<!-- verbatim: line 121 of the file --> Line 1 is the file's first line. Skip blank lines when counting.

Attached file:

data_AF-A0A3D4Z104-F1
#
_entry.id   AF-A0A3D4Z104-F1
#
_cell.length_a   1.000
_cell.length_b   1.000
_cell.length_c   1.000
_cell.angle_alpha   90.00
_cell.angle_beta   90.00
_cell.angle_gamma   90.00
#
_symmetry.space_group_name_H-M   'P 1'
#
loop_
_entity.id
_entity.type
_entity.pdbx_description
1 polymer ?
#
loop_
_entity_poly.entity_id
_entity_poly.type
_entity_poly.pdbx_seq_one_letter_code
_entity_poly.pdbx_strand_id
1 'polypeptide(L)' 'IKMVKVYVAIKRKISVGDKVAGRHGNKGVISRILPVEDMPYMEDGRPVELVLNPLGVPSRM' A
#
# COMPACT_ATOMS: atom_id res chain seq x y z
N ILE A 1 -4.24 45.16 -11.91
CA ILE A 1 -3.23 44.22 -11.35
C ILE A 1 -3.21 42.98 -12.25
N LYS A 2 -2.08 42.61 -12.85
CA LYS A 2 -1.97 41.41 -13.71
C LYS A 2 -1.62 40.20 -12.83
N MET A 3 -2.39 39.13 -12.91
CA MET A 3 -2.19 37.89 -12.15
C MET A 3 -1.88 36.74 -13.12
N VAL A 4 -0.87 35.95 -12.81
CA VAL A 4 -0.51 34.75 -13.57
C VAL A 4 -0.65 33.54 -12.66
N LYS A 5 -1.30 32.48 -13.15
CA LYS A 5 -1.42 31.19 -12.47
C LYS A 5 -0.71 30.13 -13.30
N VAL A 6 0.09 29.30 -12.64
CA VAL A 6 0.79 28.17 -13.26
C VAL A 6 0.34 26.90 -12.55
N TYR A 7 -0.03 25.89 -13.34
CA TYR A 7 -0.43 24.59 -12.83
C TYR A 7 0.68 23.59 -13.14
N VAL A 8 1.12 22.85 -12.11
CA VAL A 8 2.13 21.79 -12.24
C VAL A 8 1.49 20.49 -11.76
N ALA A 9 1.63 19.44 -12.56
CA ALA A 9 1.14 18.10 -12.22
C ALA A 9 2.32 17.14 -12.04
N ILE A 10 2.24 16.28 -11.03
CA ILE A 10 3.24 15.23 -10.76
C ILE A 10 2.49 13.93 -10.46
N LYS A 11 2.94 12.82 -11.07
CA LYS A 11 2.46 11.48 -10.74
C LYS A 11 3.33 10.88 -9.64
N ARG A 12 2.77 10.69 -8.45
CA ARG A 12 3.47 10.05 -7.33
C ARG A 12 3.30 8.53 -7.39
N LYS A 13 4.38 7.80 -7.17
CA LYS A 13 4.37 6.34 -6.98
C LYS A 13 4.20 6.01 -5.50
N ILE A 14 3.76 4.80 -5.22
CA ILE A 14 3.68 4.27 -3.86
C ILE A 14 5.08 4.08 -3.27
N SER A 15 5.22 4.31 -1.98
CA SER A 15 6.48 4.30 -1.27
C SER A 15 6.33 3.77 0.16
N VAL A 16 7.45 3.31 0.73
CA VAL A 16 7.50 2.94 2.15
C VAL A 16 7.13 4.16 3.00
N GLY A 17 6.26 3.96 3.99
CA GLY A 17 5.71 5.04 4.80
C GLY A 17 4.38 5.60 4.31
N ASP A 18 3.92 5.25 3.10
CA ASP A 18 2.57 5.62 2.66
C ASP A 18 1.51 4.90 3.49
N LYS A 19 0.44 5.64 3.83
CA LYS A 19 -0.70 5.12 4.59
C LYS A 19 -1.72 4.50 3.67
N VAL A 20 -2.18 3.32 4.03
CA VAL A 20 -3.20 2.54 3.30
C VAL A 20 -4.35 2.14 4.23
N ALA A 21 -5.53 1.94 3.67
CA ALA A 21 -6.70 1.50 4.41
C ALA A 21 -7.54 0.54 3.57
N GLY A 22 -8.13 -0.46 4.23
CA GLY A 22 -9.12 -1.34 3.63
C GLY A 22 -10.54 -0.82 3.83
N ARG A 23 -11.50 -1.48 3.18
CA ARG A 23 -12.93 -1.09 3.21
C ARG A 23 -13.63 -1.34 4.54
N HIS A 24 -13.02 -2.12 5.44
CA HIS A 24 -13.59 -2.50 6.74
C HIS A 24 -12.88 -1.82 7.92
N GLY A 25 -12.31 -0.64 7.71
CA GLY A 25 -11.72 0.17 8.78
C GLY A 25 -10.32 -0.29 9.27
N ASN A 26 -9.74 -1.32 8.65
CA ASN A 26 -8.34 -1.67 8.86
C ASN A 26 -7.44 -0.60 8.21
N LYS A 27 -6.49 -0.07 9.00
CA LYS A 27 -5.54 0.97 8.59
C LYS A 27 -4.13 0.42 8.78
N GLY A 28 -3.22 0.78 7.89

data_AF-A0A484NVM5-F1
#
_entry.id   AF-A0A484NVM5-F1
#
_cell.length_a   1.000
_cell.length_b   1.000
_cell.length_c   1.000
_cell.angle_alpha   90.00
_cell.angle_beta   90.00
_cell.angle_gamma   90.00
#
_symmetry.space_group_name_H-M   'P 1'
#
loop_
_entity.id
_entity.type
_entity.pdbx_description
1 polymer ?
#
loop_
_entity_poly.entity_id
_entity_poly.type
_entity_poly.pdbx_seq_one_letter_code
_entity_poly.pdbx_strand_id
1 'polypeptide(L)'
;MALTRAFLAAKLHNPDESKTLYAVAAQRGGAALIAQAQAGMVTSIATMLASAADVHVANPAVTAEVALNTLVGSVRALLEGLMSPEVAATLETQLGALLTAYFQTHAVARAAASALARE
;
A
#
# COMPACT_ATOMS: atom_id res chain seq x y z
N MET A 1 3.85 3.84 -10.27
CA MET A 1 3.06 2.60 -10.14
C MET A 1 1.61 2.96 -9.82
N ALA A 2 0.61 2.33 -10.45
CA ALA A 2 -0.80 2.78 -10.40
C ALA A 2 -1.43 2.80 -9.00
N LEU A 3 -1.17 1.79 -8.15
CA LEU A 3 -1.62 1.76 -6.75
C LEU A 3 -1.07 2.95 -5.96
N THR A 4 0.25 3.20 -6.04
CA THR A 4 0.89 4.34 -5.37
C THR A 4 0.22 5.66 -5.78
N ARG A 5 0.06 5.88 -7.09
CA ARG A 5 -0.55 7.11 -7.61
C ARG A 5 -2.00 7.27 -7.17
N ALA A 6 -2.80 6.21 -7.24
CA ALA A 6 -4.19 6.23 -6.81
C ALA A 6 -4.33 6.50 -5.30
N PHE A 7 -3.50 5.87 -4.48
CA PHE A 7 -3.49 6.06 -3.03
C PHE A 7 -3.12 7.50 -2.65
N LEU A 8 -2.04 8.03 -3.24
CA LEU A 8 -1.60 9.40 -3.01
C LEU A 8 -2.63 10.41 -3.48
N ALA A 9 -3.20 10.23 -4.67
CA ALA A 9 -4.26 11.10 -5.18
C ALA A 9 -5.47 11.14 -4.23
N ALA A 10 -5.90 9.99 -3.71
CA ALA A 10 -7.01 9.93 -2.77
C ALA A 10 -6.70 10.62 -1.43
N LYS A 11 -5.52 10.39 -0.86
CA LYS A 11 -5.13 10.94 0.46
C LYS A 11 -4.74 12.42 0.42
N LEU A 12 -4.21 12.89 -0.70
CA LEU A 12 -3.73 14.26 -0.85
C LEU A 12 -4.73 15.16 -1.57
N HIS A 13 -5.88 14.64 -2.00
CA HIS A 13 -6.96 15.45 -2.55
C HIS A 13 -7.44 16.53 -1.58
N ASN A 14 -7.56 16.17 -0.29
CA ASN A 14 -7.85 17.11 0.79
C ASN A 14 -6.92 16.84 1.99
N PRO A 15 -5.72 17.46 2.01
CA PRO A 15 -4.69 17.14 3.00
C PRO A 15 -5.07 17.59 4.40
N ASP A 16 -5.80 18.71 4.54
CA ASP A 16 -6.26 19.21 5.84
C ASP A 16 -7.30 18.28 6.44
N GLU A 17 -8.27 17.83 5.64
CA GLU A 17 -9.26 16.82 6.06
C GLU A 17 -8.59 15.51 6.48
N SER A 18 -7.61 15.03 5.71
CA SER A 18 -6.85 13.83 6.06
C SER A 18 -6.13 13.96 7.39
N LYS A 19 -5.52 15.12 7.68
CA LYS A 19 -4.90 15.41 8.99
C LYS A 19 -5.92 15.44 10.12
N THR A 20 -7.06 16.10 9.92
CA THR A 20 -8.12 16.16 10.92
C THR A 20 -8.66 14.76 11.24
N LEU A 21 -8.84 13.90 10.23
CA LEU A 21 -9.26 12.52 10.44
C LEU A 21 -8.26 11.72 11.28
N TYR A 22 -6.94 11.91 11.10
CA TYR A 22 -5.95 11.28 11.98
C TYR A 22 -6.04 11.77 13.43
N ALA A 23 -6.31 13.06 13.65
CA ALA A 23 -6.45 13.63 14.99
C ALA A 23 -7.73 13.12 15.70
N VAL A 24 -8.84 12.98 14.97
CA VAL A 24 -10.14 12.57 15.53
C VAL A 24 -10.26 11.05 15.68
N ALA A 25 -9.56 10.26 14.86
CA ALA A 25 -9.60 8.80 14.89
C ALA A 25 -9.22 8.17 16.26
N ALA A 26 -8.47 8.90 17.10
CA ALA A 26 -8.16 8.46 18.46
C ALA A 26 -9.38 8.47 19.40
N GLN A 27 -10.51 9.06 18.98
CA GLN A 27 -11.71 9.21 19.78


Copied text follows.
_symmetry.space_group_name_H-M   'P 1'